The swim was wetsuit-legal, with a mass start. No major problems, except that the last jog into transition was into the was kind of fun, but got old pretty quickly and became irritating because I ended up drinking a little more of Lake El Reno than I really wanted to. Exited the water with Daniel Agnew, who's a pretty good swimmer (I think he's still under 20) and has been training for ITU races. I got out on the bike and settled in, wondering where Amanda Stevens was up ahead of me (our local professional...and an amazing swimmer). Approaching the half-way point, I finally saw her, and she wasn't too far ahead. My legs were feeling alright, despite the TTT races from the week before, so I tried to keep pushing. There was a bit of a crosswind, though, and things just didn't feel that fast...although the road surface for this course leaves a lot to be desired, too! Got to T2, racked the bike, and switched gears for the run, and I was off to the run course...where my legs became heavier and didn't help at all that the wind felt like a wall, and I seemed to be perpetually thirsty. It was a 2-loop course, and towards the end of the first loop, I started getting worried because I was not feeling great at all with the tired legs, and though I knew I was the first amateur woman, I wasn't sure if I would be able to hold off a strong runner. So I started taking splits on the women behind me at each turn, and luckily, even though I was running awfully, they were not getting closer. I finally reached the finish line and was really glad to be done. Justin had a bad run, too - obviously, we were still really, really, really tired from the previous weekend.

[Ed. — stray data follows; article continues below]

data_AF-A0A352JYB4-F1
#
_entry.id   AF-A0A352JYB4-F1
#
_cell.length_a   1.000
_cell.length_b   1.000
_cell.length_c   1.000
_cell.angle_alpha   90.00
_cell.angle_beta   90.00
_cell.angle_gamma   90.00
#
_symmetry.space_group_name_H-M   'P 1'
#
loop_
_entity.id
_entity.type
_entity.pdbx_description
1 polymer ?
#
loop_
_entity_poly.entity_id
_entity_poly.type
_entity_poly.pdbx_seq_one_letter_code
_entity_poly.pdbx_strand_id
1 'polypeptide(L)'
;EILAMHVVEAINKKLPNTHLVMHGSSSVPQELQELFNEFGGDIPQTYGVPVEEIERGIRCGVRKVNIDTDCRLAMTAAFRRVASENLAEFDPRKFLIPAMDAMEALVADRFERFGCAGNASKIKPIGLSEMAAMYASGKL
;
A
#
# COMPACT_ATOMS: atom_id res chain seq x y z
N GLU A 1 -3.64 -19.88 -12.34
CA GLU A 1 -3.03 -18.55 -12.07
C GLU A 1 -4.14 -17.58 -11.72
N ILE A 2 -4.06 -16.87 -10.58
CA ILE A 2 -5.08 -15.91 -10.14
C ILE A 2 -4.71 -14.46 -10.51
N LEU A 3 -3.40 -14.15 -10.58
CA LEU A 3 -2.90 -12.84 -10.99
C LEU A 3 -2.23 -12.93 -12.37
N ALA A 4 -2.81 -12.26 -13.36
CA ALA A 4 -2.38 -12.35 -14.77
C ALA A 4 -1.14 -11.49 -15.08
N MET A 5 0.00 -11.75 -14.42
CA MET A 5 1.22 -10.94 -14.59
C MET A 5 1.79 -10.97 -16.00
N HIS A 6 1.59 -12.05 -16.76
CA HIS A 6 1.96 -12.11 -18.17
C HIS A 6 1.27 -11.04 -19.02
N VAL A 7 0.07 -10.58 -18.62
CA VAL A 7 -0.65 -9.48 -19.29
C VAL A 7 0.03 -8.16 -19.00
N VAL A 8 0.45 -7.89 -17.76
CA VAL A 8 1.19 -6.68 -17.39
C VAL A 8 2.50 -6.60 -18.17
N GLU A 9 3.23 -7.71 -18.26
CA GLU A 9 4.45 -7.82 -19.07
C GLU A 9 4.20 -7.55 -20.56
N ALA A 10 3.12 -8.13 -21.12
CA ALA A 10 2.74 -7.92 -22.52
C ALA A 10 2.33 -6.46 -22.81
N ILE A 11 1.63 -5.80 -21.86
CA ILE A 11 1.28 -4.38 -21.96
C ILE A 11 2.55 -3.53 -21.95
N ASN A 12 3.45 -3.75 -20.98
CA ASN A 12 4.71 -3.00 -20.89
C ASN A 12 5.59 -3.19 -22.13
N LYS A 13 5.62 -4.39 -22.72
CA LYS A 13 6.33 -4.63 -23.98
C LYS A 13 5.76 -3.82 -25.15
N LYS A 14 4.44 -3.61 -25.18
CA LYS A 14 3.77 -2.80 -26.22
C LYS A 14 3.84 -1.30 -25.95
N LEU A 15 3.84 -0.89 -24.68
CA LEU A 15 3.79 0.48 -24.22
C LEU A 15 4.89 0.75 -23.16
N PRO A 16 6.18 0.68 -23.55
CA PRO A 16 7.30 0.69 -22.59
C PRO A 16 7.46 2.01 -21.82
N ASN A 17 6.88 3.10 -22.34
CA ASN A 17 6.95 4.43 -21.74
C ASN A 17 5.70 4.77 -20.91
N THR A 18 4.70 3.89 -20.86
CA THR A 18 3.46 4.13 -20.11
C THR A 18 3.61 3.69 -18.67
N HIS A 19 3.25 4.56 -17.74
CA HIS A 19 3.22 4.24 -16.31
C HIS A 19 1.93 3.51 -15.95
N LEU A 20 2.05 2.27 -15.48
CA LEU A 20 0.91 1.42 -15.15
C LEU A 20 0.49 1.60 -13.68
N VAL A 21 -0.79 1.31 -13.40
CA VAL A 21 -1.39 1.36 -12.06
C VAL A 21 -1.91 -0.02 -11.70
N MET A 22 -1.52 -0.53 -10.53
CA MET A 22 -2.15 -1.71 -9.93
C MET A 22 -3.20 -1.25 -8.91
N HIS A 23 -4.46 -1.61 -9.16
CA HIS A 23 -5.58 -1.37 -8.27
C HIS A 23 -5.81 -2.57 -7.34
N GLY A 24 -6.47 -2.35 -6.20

I was glad to have toughed it out, though, because I'll represent Oklahoma at the Best of the US Amateur Triathlete Competition in Minnesota in September. The thought of doing a race in cooler weather makes me giddy!